His Early LIfe
Meher Baba was born in 1894 in Poona [Pune], India. He was named Merwan Sheriar Irani by His parents, who were of Persian origin.He was a bright happy child, educated at the English Catholic School and was attending college when He was drawn to Babajan, an aged female mystic and one of the five Perfect Masters. He visited her regularly until one day she kissed Him on the forehead, unveiling Him to His spiritual status. Babajan declared “This child of mine will create a great sensation in the world and do immense good to humanity”. After contact with the other four Perfect Masters and seven years later, His consciousness as God and Man was complete and His mission on Earth had begun.
His Work Begins
His first group of disciples accepted Him as their Master and gave Him the name Meher Baba which translates as Compassionate Father. They were Muslims, Hindus and Zoroastrians. In 1922 forty walked with Baba to Bombay [Mumbai] where they set up a very austere ashram under His guidance.
In 1923 they settled on a deserted site five miles outside Ahmednagar and commenced to build the Meherabad ashram. This was a period of intense activity; there was a school for local village children, a clinic, a mad ashram and a mast ashram for God intoxicated souls. A small group of women joined the ashram but lived separately from the men. Everyone was kept busy. At this time He often underwent long periods of fasting and silence. On 10th July 1925 He stopped speaking and kept silent for the rest of His life.
Throughout His life Meher Baba gave spiritual guidance to His followers. During His years of silence He dictated, via His close disciples, numerous messages. These have been published in journals, namely the Meher Baba Journal and the Awakener Magazine and in books. His major works are 'God Speaks, the Theme of Creation and Its Purpose' and the 'Discourses'. 'God Speaks' explains the evolution of consciousness with the parallel development of the physical world. It contains a unique explanation of the soul's journey through the seven planes. You could call the 'Discourses' a comprehensive guide book for the journey of the spiritual seeker / aspirant.
Meher Baba was always on the move. Initially Baba and the mandali covered thousands of miles of the Indian subcontinent. In spite of intolerable conditions, He gave immeasurable care and attention to the poor, the sick, the lepers and the mad.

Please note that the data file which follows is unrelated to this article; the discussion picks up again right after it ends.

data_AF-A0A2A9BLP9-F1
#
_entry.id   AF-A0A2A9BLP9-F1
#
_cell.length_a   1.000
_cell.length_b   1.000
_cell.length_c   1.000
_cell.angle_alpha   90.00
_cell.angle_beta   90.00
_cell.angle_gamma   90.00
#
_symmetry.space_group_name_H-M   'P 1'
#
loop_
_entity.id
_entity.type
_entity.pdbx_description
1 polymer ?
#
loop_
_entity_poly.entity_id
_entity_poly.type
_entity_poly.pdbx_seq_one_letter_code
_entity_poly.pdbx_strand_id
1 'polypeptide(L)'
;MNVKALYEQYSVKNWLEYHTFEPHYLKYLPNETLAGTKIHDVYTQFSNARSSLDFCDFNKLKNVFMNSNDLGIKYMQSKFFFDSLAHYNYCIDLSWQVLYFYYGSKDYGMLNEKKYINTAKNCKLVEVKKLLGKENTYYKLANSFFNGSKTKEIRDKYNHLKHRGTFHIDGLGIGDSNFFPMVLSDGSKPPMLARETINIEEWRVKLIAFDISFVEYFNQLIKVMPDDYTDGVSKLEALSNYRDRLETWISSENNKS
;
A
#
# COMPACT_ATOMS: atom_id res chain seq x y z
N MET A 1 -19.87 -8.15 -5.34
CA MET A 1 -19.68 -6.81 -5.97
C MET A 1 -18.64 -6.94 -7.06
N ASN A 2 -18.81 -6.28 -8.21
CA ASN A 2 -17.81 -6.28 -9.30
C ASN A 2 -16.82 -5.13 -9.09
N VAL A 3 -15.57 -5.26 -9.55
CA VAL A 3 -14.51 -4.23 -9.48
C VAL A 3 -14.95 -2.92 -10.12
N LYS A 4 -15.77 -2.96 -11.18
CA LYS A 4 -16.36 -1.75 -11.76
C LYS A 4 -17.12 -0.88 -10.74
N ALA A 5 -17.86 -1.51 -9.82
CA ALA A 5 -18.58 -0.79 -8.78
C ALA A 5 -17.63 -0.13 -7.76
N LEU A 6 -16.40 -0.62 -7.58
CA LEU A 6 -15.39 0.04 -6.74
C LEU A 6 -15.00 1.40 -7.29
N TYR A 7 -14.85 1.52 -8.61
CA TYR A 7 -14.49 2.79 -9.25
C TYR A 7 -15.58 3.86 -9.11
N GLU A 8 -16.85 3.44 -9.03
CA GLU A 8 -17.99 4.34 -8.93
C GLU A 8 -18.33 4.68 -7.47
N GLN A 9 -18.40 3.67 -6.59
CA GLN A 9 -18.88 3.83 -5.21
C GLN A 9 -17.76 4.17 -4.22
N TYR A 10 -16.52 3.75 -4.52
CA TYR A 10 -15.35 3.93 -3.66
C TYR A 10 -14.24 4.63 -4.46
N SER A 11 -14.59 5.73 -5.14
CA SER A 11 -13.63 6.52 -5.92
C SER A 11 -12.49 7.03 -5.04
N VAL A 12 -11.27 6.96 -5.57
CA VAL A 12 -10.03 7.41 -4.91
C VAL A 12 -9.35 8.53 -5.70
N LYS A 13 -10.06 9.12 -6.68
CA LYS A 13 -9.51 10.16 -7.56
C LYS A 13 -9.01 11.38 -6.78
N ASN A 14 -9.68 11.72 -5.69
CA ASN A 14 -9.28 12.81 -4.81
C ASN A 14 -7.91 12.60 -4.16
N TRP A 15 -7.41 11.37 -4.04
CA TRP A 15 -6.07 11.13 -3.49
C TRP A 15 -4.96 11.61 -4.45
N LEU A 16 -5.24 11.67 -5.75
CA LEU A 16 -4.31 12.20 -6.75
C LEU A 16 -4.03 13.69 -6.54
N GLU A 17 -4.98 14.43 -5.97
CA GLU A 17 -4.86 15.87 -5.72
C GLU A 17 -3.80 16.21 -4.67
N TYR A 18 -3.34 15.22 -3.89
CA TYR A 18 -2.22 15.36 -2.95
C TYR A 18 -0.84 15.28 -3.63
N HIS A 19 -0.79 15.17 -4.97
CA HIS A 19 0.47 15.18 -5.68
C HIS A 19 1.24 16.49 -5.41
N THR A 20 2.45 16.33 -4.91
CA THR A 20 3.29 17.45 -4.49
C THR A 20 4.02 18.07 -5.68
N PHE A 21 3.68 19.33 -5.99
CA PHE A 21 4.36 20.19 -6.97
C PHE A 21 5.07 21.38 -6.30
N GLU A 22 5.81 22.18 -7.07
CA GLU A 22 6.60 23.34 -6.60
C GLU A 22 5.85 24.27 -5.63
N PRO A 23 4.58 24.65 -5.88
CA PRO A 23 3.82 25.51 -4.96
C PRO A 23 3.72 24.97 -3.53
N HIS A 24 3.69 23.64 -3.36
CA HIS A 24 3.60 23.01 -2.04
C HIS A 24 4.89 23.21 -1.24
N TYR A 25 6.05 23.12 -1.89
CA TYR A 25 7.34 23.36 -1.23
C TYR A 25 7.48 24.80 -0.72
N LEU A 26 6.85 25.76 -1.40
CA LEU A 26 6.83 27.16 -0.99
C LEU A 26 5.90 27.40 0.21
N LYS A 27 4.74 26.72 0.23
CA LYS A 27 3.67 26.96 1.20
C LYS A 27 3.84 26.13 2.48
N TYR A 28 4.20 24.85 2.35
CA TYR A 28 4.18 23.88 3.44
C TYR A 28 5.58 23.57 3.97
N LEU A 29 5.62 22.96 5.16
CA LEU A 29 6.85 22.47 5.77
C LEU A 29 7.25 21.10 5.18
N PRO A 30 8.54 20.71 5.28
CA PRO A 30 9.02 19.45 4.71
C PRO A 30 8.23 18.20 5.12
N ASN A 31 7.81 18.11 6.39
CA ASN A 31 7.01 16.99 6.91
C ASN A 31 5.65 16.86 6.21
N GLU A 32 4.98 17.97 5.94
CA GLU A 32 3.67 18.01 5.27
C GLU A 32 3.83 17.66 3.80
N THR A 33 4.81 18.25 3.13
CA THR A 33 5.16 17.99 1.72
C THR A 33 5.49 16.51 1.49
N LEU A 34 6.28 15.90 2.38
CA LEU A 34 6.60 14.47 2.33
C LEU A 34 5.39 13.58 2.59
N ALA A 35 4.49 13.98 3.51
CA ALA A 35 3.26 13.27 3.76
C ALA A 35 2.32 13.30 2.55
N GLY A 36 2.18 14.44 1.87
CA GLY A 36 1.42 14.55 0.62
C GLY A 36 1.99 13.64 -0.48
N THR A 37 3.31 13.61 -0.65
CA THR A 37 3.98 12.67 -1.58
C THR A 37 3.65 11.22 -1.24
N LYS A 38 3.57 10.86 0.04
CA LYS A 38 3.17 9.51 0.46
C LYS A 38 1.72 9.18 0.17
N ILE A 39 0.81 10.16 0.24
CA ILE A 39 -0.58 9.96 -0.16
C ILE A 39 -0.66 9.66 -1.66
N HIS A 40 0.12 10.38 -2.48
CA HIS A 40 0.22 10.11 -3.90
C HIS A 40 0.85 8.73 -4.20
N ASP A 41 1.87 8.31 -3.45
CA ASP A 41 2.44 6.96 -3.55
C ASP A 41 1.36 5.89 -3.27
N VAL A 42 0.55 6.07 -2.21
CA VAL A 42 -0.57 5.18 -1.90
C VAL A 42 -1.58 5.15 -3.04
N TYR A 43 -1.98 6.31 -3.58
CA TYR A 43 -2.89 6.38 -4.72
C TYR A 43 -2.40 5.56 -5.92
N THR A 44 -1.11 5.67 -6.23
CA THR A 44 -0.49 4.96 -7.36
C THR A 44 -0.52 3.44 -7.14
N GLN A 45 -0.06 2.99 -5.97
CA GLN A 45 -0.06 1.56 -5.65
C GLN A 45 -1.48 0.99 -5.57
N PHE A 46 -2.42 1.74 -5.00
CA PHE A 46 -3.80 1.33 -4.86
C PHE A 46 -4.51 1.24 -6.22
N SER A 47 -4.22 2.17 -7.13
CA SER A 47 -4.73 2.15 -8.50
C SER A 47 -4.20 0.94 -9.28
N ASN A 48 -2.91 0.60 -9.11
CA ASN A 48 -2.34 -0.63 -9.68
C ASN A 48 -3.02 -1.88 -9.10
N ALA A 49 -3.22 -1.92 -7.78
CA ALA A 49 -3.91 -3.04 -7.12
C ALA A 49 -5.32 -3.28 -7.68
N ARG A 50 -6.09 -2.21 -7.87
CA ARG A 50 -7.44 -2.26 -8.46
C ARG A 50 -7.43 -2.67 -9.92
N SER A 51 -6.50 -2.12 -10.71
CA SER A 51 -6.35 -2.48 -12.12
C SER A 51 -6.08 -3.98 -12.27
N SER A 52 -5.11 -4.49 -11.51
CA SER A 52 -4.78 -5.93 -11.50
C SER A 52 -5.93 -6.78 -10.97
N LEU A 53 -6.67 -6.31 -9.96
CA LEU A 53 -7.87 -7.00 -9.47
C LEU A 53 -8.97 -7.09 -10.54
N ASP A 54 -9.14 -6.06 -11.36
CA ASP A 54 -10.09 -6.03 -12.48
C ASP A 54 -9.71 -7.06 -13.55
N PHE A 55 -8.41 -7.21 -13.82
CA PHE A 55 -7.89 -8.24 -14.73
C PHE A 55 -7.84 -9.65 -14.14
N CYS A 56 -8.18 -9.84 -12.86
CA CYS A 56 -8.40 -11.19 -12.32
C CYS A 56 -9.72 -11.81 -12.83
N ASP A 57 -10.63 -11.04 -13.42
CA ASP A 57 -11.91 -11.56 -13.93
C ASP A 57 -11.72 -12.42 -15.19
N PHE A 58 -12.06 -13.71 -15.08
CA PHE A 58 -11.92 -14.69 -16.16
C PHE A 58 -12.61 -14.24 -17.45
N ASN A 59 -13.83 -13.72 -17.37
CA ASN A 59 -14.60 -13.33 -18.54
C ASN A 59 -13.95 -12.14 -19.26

Eventually His travels brought Him to the West, first setting foot on British soil in 1931. He went on to America and around the world, on a number of occasions during the 1930s and again in the 1950s. During the 30s He spent time with groups of followers in France, Switzerland, Italy and Spain. He specifically visited Assisi and Avila. In 1956 and 1958 He visited Australia.
Although He continued to be based in India, Baba established His "Home in the West" at Myrtle Beach, South Carolina, USA. The Myrtle Beach Center still serves as a beautiful spiritual retreat for those who are drawn to Baba.
His Physical Suffering
It was whilst travelling in the USA that Baba had the first of two major car accidents. He had stated many years earlier that He would spill His blood on American soil. In 1952, true to His word, Baba was severely injured while crossing the USA by car. Four years later He had a second inexplicable car accident in India that broke His hip. This resulted in Baba suffering intense pain for the remaining years of His life.
His Final Years
Meher Baba's final years were spent mostly in seclusion, apart from a few mass gatherings at which He allowed the thousands who believed in Him and loved Him to come and receive His blessings.
He lived at Meherazad with His close disciples, women and men around him. Here He concentrated on His 'Universal Work'.
In 1968 He declared that this work was completed one hundred percent to His satisfaction. On 31st January 1969, He left His earthly body...
"...to live eternally in the hearts of those that Love Me." - Meher Baba
Meher Baba's Tomb Shrine at Meherabad has now become a place of international pilgrimage.